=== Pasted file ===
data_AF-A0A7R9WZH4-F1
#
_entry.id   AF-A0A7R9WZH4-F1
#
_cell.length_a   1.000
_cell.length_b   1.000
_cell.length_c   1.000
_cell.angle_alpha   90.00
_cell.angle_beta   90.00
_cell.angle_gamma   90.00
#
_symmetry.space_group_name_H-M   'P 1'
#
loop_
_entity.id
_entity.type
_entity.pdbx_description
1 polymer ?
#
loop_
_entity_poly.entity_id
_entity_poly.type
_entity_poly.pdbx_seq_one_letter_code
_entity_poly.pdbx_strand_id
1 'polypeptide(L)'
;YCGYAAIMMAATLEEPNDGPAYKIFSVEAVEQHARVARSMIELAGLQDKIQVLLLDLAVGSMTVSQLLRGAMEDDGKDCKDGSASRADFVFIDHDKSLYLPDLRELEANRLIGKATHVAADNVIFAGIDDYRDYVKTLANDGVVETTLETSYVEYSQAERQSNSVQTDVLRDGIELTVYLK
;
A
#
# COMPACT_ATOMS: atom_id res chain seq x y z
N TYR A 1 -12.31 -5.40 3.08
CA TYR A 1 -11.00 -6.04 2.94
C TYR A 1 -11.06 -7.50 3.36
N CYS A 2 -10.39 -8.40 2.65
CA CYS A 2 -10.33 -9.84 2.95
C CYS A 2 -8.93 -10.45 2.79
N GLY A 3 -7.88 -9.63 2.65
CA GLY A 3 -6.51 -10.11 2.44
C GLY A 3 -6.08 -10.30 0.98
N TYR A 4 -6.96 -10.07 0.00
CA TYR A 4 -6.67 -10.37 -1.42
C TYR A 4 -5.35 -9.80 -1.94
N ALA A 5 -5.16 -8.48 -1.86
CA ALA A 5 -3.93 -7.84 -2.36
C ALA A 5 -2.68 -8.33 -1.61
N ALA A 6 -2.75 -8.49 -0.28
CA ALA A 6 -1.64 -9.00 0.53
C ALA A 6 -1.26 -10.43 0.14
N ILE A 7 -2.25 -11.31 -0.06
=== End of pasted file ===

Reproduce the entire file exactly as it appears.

data_AF-A0A7R9WZH4-F1
#
_entry.id   AF-A0A7R9WZH4-F1
#
_cell.length_a   1.000
_cell.length_b   1.000
_cell.length_c   1.000
_cell.angle_alpha   90.00
_cell.angle_beta   90.00
_cell.angle_gamma   90.00
#
_symmetry.space_group_name_H-M   'P 1'
#
loop_
_entity.id
_entity.type
_entity.pdbx_description
1 polymer ?
#
loop_
_entity_poly.entity_id
_entity_poly.type
_entity_poly.pdbx_seq_one_letter_code
_entity_poly.pdbx_strand_id
1 'polypeptide(L)'
;YCGYAAIMMAATLEEPNDGPAYKIFSVEAVEQHARVARSMIELAGLQDKIQVLLLDLAVGSMTVSQLLRGAMEDDGKDCKDGSASRADFVFIDHDKSLYLPDLRELEANRLIGKATHVAADNVIFAGIDDYRDYVKTLANDGVVETTLETSYVEYSQAERQSNSVQTDVLRDGIELTVYLK
;
A
#
# COMPACT_ATOMS: atom_id res chain seq x y z
N TYR A 1 -12.31 -5.40 3.08
CA TYR A 1 -11.00 -6.04 2.94
C TYR A 1 -11.06 -7.50 3.36
N CYS A 2 -10.39 -8.40 2.65
CA CYS A 2 -10.33 -9.84 2.95
C CYS A 2 -8.93 -10.45 2.79
N GLY A 3 -7.88 -9.63 2.65
CA GLY A 3 -6.51 -10.11 2.44
C GLY A 3 -6.08 -10.30 0.98
N TYR A 4 -6.96 -10.07 0.00
CA TYR A 4 -6.67 -10.37 -1.42
C TYR A 4 -5.35 -9.80 -1.94
N ALA A 5 -5.16 -8.48 -1.86
CA ALA A 5 -3.93 -7.84 -2.36
C ALA A 5 -2.68 -8.33 -1.61
N ALA A 6 -2.75 -8.49 -0.28
CA ALA A 6 -1.64 -9.00 0.53
C ALA A 6 -1.26 -10.43 0.14
N ILE A 7 -2.25 -11.31 -0.06